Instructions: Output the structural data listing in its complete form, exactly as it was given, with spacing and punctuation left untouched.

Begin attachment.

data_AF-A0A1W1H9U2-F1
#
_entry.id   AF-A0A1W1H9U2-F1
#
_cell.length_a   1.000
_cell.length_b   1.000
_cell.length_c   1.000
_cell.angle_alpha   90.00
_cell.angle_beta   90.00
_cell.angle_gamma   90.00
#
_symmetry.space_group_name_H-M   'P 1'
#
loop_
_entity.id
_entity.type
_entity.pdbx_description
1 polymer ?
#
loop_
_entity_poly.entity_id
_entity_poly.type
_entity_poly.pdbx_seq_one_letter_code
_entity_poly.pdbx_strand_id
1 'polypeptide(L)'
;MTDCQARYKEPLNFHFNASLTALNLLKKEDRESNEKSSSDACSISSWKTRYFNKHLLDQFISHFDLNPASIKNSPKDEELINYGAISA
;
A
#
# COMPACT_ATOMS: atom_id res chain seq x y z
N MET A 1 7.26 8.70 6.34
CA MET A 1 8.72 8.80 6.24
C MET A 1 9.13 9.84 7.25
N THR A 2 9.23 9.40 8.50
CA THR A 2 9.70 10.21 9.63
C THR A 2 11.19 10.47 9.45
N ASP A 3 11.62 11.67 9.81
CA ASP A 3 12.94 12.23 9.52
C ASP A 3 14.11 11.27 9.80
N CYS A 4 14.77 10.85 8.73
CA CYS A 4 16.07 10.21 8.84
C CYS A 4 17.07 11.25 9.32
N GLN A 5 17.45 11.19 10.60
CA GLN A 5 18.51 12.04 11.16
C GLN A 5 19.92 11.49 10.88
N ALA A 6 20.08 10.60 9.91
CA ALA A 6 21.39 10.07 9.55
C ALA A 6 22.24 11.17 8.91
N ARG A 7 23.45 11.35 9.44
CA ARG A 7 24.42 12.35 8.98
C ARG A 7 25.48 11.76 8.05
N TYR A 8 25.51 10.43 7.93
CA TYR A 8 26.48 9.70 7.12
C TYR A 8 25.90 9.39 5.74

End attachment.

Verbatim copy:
data_AF-A0A1W1H9U2-F1
#
_entry.id   AF-A0A1W1H9U2-F1
#
_cell.length_a   1.000
_cell.length_b   1.000
_cell.length_c   1.000
_cell.angle_alpha   90.00
_cell.angle_beta   90.00
_cell.angle_gamma   90.00
#
_symmetry.space_group_name_H-M   'P 1'
#
loop_
_entity.id
_entity.type
_entity.pdbx_description
1 polymer ?
#
loop_
_entity_poly.entity_id
_entity_poly.type
_entity_poly.pdbx_seq_one_letter_code
_entity_poly.pdbx_strand_id
1 'polypeptide(L)'
;MTDCQARYKEPLNFHFNASLTALNLLKKEDRESNEKSSSDACSISSWKTRYFNKHLLDQFISHFDLNPASIKNSPKDEELINYGAISA
;
A
#
# COMPACT_ATOMS: atom_id res chain seq x y z
N MET A 1 7.26 8.70 6.34
CA MET A 1 8.72 8.80 6.24
C MET A 1 9.13 9.84 7.25
N THR A 2 9.23 9.40 8.50
CA THR A 2 9.70 10.21 9.63
C THR A 2 11.19 10.47 9.45
N ASP A 3 11.62 11.67 9.81
CA ASP A 3 12.94 12.23 9.52
C ASP A 3 14.11 11.27 9.80
N CYS A 4 14.77 10.85 8.73
CA CYS A 4 16.07 10.21 8.84
C CYS A 4 17.07 11.25 9.32
N GLN A 5 17.45 11.19 10.60
CA GLN A 5 18.51 12.04 11.16
C GLN A 5 19.92 11.49 10.88
N ALA A 6 20.08 10.60 9.91
CA ALA A 6 21.39 10.07 9.55
C ALA A 6 22.24 11.17 8.91
N ARG A 7 23.45 11.35 9.44
CA ARG A 7 24.42 12.35 8.98
C ARG A 7 25.48 11.76 8.05
N TYR A 8 25.51 10.43 7.93
CA TYR A 8 26.48 9.70 7.12
C TYR A 8 25.90 9.39 5.74